Shipping cartels combine forces to extract maximum profit from Australian ports

Published: 24 Aug 2023




25 AUGUST 2023



Amidst a cost of living and inflation crisis caused by big businesses gouging maximum profit from Australian consumers while wages fail to keep pace with the cost of living, international freight cartels are implementing further conglomerations of shipping lines into and out of Australia so they can sustain historically high international freight prices.


This manipulation of shipping line capacity and scheduling will no doubt hurt consumers, businesses but also Australian port workers who are caught between powerful international shipping cartels and the failures of state government port privatisation that has delivered a fragmented, inefficient and unresponsive container terminal sector at Australia’s major trading ports.


Israeli shipping line Zim has recently entered into an arrangement with Swiss shipping behemoth MSC and will pull ten vessels from its existing fleet of ships out of the Australasian trade in order to join a Vessel Sharing Agreement with MSC.


“This is a prime example of persistent market failure in Australia’s supply chains, with Australian workers once again bearing the brunt of international cartel conduct on our coast and on our waterfront,” said Paddy Crumlin, the MUA’s National Secretary and a member of the Australian Federal Government’s Strategic Fleet Shipping Taskforce.


Not only will this further strip competition and capacity from the shipping liner market, but it will also punish wharfies employed at neighbouring terminals as the cargo of MSC ships is already contracted to terminal operator Patrick while Zim’s cargo was being handled by Hutchison Ports.


“Wharfies deserve long term, secure employment and consistent shifts and rosters around which they can build a life, but the manipulation of shipping capacity and timetables by a cartel of ship owners and managers risks throwing their lives into disarray as the terminal operators, who employ large workforces and maintain significant capital equipment, are forced to play catch-up,” said Warren Smith, Deputy Secretary of the Maritime Union of Australia.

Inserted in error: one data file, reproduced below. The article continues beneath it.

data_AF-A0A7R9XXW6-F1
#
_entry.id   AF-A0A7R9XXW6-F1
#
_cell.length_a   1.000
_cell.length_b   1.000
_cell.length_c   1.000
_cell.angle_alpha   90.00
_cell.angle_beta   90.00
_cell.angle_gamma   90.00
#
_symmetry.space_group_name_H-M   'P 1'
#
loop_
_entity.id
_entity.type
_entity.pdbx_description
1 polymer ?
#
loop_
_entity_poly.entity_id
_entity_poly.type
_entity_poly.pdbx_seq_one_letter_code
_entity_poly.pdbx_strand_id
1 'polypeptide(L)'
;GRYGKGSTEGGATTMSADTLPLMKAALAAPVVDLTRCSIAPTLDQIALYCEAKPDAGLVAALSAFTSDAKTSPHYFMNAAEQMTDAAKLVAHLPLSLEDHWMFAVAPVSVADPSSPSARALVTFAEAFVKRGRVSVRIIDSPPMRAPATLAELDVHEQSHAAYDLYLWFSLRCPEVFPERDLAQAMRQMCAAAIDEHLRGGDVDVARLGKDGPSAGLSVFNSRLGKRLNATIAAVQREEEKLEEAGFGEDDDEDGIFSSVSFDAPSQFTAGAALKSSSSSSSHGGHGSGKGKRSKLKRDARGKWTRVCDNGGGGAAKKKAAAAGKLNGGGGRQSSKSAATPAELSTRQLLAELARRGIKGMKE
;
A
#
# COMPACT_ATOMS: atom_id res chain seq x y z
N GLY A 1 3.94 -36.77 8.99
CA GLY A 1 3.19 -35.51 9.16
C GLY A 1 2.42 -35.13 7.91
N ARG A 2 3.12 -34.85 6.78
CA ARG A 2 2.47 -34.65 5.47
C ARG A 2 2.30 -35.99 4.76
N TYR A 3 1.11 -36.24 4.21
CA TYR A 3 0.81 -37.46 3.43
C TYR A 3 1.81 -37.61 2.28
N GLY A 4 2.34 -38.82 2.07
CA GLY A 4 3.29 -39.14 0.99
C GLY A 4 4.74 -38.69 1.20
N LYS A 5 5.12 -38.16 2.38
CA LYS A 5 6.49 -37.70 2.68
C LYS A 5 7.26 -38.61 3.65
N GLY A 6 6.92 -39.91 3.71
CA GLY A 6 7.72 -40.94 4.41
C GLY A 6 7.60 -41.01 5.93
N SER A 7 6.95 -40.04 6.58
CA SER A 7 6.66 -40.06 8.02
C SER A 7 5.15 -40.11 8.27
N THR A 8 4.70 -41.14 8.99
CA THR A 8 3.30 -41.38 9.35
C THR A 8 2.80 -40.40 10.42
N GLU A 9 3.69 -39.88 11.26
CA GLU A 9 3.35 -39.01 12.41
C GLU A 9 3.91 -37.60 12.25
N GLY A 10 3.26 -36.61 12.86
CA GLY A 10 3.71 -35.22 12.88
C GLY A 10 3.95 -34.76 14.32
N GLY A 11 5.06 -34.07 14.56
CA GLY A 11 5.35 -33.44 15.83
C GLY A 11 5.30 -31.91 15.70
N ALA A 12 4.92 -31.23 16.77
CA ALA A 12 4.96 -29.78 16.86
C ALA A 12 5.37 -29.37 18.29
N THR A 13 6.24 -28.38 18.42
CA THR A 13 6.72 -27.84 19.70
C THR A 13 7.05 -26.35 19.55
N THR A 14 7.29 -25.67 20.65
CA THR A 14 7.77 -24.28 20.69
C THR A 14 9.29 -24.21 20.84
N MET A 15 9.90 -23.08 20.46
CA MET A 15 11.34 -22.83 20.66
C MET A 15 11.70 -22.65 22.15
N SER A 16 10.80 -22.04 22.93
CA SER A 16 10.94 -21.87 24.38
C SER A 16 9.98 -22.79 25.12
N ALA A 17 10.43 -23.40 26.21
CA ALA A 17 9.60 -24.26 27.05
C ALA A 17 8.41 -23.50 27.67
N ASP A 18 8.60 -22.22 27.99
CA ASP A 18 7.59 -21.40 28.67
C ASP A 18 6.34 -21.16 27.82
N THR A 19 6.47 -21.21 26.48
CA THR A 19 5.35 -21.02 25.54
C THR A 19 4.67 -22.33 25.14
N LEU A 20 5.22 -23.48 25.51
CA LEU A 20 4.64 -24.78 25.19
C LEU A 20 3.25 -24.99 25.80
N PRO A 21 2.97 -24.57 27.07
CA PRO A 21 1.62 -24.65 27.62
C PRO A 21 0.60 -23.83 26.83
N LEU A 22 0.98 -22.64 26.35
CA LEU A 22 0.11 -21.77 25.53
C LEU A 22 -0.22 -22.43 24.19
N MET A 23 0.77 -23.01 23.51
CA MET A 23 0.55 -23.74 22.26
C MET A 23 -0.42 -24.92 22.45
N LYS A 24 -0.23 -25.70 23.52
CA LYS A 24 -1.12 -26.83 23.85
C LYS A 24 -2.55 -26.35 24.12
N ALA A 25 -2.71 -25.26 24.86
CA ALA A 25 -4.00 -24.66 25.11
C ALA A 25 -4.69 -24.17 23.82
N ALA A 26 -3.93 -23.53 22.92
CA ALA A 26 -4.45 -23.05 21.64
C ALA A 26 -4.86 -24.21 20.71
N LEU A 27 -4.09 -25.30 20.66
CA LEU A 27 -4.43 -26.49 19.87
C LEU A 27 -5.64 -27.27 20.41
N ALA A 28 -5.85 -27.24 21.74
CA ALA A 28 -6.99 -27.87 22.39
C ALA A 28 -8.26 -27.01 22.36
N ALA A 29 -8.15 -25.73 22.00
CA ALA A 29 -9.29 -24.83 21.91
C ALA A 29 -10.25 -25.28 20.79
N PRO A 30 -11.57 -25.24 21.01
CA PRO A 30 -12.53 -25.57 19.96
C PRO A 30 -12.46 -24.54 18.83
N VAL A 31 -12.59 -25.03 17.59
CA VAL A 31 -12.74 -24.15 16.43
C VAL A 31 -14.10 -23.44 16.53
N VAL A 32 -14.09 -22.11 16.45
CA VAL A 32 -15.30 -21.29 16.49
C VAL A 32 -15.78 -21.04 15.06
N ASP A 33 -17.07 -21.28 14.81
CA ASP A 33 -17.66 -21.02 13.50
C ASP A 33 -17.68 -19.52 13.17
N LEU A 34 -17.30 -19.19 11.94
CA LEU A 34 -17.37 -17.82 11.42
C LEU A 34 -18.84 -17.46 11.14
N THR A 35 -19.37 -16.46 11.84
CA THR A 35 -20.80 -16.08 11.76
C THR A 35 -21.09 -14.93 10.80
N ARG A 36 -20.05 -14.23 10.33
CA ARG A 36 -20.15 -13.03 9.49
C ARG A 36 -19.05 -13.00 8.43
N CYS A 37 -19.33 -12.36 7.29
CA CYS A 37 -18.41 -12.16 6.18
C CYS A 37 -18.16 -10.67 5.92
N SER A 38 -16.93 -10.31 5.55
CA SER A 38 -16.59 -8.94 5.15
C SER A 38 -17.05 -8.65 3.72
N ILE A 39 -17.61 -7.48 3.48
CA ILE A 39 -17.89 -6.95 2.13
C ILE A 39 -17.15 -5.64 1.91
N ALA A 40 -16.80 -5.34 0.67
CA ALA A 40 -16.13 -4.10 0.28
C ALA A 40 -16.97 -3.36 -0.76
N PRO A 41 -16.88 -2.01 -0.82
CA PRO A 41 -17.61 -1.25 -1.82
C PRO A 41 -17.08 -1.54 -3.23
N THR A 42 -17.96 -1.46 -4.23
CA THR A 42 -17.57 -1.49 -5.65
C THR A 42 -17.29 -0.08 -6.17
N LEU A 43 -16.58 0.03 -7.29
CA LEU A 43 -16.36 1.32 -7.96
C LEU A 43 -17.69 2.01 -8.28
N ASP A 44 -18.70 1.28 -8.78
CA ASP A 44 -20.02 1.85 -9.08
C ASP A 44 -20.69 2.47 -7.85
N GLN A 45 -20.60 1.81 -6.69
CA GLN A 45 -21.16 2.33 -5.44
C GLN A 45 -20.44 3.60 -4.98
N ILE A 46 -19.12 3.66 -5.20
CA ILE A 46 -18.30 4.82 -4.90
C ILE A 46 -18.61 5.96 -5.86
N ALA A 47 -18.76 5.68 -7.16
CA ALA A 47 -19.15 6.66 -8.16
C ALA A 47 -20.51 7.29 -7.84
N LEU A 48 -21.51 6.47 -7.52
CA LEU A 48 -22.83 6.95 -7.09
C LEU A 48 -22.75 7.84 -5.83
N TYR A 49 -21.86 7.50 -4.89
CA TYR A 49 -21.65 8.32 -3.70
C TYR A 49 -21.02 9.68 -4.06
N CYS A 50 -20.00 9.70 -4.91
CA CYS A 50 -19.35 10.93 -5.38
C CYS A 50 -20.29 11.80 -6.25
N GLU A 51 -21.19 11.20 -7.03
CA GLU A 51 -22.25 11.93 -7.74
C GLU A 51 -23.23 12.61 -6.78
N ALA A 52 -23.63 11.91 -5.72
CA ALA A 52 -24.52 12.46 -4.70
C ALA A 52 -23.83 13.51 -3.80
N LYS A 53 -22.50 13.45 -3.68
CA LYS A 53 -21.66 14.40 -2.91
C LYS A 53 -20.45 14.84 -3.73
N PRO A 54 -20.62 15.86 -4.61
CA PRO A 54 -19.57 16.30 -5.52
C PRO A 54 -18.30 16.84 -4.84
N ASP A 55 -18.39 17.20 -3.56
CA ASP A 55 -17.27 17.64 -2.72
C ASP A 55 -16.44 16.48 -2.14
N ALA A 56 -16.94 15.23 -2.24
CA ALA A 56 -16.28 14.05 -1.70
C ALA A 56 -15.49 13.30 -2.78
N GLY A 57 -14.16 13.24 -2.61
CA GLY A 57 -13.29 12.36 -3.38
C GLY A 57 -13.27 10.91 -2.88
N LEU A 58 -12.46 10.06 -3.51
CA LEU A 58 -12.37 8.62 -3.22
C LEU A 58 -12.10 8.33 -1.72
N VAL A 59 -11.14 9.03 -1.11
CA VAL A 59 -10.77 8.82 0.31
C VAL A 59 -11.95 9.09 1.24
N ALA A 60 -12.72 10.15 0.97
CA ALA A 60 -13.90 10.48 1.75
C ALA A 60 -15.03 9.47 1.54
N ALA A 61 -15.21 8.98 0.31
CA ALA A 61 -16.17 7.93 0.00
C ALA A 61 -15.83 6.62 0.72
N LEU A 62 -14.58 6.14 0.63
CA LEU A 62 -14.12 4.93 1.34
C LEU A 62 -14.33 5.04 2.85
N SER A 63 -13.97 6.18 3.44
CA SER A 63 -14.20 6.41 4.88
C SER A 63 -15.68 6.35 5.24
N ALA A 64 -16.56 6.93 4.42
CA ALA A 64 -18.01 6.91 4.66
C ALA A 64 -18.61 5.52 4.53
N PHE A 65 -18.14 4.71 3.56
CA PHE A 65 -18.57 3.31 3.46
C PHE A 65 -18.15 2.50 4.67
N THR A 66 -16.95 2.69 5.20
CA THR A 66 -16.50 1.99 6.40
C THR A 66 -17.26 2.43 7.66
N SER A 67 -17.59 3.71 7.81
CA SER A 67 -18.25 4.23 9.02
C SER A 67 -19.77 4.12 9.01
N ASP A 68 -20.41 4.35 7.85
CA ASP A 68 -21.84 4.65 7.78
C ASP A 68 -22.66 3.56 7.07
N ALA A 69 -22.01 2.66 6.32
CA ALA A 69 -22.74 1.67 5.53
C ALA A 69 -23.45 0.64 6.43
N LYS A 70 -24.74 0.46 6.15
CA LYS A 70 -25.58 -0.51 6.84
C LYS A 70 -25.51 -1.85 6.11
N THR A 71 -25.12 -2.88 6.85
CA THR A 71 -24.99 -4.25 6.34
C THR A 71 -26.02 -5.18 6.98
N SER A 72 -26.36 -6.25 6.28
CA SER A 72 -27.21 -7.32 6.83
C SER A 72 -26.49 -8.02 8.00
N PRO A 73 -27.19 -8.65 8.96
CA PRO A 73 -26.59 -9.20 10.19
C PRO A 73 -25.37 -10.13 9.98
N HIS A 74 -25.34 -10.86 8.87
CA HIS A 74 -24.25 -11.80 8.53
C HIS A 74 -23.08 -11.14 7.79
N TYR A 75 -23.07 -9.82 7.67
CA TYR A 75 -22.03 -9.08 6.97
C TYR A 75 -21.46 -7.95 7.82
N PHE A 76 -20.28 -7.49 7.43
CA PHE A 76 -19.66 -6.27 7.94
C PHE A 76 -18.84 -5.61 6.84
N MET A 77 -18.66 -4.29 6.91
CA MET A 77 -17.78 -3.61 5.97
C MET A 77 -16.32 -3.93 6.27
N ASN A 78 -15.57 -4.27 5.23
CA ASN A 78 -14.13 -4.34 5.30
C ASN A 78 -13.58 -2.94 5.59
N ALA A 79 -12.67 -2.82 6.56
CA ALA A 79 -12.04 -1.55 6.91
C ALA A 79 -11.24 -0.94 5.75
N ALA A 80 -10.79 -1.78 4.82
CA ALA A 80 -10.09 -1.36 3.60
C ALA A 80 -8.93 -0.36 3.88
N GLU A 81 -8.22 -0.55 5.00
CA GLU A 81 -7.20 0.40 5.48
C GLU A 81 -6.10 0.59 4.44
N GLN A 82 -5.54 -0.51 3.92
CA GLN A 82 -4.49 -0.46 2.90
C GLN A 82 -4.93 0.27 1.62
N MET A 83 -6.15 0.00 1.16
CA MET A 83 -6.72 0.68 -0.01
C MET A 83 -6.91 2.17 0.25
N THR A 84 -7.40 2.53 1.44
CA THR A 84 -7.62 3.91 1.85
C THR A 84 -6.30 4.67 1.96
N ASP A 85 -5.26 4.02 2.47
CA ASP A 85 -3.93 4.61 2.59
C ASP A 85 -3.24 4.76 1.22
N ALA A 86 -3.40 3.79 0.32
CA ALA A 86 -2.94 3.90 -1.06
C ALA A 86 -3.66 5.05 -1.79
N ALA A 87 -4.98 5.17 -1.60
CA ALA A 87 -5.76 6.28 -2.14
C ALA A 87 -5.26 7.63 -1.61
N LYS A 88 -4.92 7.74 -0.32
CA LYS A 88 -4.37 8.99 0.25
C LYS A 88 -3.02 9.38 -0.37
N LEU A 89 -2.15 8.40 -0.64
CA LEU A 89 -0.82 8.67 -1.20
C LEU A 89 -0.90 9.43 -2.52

“Multiple terminal operators work side by side ostensibly in competition with one another, but obsessed instead with attacking their workforce because there is little to differentiate them to their clients, the shipping cartels,” Smith added.


The Maritime Union of Australia has been campaigning for reform of the Australian Competition and Consumer Act to remove the exemption that allows international shipping companies to engage in cartel conduct.


“During COVID, this cartel behaviour took the form of rampant price gouging and scheduling and vessel allocation manipulations that created a false scarcity amidst the global pandemic. Now, they’re slashing sailings, combining fleets and leaving a massive vacuum behind to exert pressure once again on Australia’s supply chains and working people,” Mr Crumlin explained.


The Maritime Union of Australia has repeatedly drawn the attention of government, industry, small business and the community to the economic, social and sovereign risks associated with international shipping companies’ systematic abuse of our position at the far end of global supply chains.


The Union has written repeatedly to the ACCC raising these concerns, especially with Part X of the Competition and Consumer Act 2010 which permits cartel conduct in Australia by international shipping companies.


The MUA’s proposed legislative amendments would strengthen compliance with industry service standards and force international container shipping companies to meet community expectations for supply chain security and eliminate blatant profiteering.






Authorised by P Crumlin, Maritime Union of Australia, Sydney